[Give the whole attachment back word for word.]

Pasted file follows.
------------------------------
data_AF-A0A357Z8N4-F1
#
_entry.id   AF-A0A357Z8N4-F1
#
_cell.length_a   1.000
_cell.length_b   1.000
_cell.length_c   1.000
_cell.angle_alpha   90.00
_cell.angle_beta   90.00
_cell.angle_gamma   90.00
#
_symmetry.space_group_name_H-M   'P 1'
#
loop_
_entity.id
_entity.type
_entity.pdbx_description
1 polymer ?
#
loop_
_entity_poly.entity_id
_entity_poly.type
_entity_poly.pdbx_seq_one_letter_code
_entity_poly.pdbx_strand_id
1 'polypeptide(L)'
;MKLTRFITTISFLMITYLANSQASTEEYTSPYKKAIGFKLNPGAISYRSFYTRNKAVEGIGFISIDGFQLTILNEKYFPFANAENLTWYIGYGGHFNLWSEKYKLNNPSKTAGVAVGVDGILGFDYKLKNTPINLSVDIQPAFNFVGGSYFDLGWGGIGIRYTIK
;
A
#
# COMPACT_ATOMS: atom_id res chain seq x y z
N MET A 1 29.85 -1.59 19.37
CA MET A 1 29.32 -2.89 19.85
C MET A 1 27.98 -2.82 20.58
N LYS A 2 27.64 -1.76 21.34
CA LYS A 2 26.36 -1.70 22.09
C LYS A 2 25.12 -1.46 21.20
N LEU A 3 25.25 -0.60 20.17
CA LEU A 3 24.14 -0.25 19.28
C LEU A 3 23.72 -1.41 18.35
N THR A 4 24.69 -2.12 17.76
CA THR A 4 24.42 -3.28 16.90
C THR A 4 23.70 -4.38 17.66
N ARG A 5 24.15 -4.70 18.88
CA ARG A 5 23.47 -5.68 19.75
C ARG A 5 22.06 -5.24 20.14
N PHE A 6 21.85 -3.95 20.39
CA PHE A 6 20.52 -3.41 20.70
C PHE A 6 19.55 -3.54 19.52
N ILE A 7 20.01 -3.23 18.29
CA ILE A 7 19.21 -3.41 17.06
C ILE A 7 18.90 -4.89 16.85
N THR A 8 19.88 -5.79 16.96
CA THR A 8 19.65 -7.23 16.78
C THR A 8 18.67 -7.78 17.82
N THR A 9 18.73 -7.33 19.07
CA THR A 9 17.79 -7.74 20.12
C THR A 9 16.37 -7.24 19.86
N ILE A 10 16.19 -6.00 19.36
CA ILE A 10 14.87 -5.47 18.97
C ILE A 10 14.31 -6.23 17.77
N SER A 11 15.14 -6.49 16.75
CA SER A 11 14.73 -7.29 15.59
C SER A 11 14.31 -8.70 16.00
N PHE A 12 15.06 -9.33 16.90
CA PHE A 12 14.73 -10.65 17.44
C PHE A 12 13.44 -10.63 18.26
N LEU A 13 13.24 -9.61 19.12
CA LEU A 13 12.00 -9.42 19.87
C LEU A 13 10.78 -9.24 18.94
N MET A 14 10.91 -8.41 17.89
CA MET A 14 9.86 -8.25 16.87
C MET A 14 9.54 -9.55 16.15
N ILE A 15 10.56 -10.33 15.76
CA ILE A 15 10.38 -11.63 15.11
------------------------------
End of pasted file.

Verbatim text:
data_AF-A0A357Z8N4-F1
#
_entry.id   AF-A0A357Z8N4-F1
#
_cell.length_a   1.000
_cell.length_b   1.000
_cell.length_c   1.000
_cell.angle_alpha   90.00
_cell.angle_beta   90.00
_cell.angle_gamma   90.00
#
_symmetry.space_group_name_H-M   'P 1'
#
loop_
_entity.id
_entity.type
_entity.pdbx_description
1 polymer ?
#
loop_
_entity_poly.entity_id
_entity_poly.type
_entity_poly.pdbx_seq_one_letter_code
_entity_poly.pdbx_strand_id
1 'polypeptide(L)'
;MKLTRFITTISFLMITYLANSQASTEEYTSPYKKAIGFKLNPGAISYRSFYTRNKAVEGIGFISIDGFQLTILNEKYFPFANAENLTWYIGYGGHFNLWSEKYKLNNPSKTAGVAVGVDGILGFDYKLKNTPINLSVDIQPAFNFVGGSYFDLGWGGIGIRYTIK
;
A
#
# COMPACT_ATOMS: atom_id res chain seq x y z
N MET A 1 29.85 -1.59 19.37
CA MET A 1 29.32 -2.89 19.85
C MET A 1 27.98 -2.82 20.58
N LYS A 2 27.64 -1.76 21.34
CA LYS A 2 26.36 -1.70 22.09
C LYS A 2 25.12 -1.46 21.20
N LEU A 3 25.25 -0.60 20.17
CA LEU A 3 24.14 -0.25 19.28
C LEU A 3 23.72 -1.41 18.35
N THR A 4 24.69 -2.12 17.76
CA THR A 4 24.42 -3.28 16.90
C THR A 4 23.70 -4.38 17.66
N ARG A 5 24.15 -4.70 18.88
CA ARG A 5 23.47 -5.68 19.75
C ARG A 5 22.06 -5.24 20.14
N PHE A 6 21.85 -3.95 20.39
CA PHE A 6 20.52 -3.41 20.70
C PHE A 6 19.55 -3.54 19.52
N ILE A 7 20.01 -3.23 18.29
CA ILE A 7 19.21 -3.41 17.06
C ILE A 7 18.90 -4.89 16.85
N THR A 8 19.88 -5.79 16.96
CA THR A 8 19.65 -7.23 16.78
C THR A 8 18.67 -7.78 17.82
N THR A 9 18.73 -7.33 19.07
CA THR A 9 17.79 -7.74 20.12
C THR A 9 16.37 -7.24 19.86
N ILE A 10 16.19 -6.00 19.36
CA ILE A 10 14.87 -5.47 18.97
C ILE A 10 14.31 -6.23 17.77
N SER A 11 15.14 -6.49 16.75
CA SER A 11 14.73 -7.29 15.59
C SER A 11 14.31 -8.70 16.00
N PHE A 12 15.06 -9.33 16.90
CA PHE A 12 14.73 -10.65 17.44
C PHE A 12 13.44 -10.63 18.26
N LEU A 13 13.24 -9.61 19.12
CA LEU A 13 12.00 -9.42 19.87
C LEU A 13 10.78 -9.24 18.94
N MET A 14 10.91 -8.41 17.89
CA MET A 14 9.86 -8.25 16.87
C MET A 14 9.54 -9.55 16.15
N ILE A 15 10.56 -10.33 15.76
CA ILE A 15 10.38 -11.63 15.11